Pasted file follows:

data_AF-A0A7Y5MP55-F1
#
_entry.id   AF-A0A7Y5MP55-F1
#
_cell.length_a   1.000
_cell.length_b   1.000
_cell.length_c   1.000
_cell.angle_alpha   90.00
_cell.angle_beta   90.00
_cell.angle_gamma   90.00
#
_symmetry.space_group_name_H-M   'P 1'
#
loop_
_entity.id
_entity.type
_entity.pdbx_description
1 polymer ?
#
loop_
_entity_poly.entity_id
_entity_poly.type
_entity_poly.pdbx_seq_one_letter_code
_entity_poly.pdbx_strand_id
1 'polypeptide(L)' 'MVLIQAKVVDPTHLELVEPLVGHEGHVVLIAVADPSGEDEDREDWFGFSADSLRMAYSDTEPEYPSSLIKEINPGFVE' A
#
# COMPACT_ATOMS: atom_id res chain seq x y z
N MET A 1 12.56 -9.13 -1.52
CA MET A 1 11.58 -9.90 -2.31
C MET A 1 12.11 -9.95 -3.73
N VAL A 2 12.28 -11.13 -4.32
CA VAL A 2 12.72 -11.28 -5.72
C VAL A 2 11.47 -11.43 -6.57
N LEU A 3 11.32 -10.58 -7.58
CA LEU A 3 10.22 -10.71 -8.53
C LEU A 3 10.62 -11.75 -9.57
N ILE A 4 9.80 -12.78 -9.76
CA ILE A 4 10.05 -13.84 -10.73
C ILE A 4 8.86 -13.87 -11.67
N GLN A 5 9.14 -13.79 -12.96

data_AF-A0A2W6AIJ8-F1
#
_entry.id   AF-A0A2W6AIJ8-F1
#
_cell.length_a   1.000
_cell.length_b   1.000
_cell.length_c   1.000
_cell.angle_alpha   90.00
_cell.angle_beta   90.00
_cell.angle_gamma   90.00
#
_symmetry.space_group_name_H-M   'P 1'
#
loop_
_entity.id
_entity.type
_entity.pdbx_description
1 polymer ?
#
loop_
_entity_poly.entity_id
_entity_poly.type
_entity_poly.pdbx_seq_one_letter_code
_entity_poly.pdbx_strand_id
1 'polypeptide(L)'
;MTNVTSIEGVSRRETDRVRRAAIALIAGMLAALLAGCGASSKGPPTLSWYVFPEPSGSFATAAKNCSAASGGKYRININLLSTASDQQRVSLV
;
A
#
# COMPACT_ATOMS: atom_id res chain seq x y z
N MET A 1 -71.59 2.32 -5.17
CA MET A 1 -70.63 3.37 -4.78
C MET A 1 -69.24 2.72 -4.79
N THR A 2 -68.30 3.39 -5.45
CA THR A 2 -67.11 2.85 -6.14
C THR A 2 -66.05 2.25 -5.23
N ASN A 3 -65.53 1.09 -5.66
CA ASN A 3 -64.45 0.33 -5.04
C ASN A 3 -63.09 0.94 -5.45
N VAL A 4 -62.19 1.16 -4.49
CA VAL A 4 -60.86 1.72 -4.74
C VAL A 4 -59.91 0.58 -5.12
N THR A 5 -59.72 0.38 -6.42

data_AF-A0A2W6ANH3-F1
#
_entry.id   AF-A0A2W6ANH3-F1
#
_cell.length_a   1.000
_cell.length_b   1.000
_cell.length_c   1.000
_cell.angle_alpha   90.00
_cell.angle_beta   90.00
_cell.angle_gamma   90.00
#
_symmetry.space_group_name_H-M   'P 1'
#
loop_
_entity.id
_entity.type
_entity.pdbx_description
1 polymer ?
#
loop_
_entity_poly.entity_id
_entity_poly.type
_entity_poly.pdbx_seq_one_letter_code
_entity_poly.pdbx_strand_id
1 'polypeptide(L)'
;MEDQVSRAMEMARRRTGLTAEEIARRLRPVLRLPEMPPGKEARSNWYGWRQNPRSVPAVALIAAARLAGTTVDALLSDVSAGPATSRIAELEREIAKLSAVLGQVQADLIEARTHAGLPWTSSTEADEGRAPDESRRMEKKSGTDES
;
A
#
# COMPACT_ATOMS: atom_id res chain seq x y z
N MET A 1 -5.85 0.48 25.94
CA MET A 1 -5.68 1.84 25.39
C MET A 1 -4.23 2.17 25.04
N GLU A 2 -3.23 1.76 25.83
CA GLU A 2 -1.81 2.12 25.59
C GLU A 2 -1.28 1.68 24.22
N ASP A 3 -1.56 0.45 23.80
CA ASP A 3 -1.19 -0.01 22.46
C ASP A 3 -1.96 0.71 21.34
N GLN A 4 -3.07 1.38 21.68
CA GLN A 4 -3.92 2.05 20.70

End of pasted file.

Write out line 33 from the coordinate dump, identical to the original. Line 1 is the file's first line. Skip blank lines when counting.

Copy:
C VAL A 2 11.47 -11.43 -6.57